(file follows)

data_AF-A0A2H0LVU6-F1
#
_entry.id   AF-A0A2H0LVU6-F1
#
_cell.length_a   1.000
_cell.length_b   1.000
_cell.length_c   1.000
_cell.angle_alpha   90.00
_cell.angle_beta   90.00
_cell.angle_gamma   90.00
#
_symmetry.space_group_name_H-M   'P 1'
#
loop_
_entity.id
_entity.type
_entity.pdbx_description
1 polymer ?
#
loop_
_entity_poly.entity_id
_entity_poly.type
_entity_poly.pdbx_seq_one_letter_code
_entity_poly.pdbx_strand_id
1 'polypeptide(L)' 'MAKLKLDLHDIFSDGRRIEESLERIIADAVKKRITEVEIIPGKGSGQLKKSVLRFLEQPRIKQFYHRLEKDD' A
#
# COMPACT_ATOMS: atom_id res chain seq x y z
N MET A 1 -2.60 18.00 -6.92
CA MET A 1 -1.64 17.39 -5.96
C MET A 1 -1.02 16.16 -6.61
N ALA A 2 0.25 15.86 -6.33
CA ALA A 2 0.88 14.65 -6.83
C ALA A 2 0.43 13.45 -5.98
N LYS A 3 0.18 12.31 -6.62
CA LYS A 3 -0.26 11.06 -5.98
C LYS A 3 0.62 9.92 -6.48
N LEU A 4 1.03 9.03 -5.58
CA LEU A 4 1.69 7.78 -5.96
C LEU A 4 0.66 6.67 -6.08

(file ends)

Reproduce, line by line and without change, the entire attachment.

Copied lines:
data_AF-A0A2H0LVU6-F1
#
_entry.id   AF-A0A2H0LVU6-F1
#
_cell.length_a   1.000
_cell.length_b   1.000
_cell.length_c   1.000
_cell.angle_alpha   90.00
_cell.angle_beta   90.00
_cell.angle_gamma   90.00
#
_symmetry.space_group_name_H-M   'P 1'
#
loop_
_entity.id
_entity.type
_entity.pdbx_description
1 polymer ?
#
loop_
_entity_poly.entity_id
_entity_poly.type
_entity_poly.pdbx_seq_one_letter_code
_entity_poly.pdbx_strand_id
1 'polypeptide(L)' 'MAKLKLDLHDIFSDGRRIEESLERIIADAVKKRITEVEIIPGKGSGQLKKSVLRFLEQPRIKQFYHRLEKDD' A
#
# COMPACT_ATOMS: atom_id res chain seq x y z
N MET A 1 -2.60 18.00 -6.92
CA MET A 1 -1.64 17.39 -5.96
C MET A 1 -1.02 16.16 -6.61
N ALA A 2 0.25 15.86 -6.33
CA ALA A 2 0.88 14.65 -6.83
C ALA A 2 0.43 13.45 -5.98
N LYS A 3 0.18 12.31 -6.62
CA LYS A 3 -0.26 11.06 -5.98
C LYS A 3 0.62 9.92 -6.48
N LEU A 4 1.03 9.03 -5.58
CA LEU A 4 1.69 7.78 -5.96
C LEU A 4 0.66 6.67 -6.08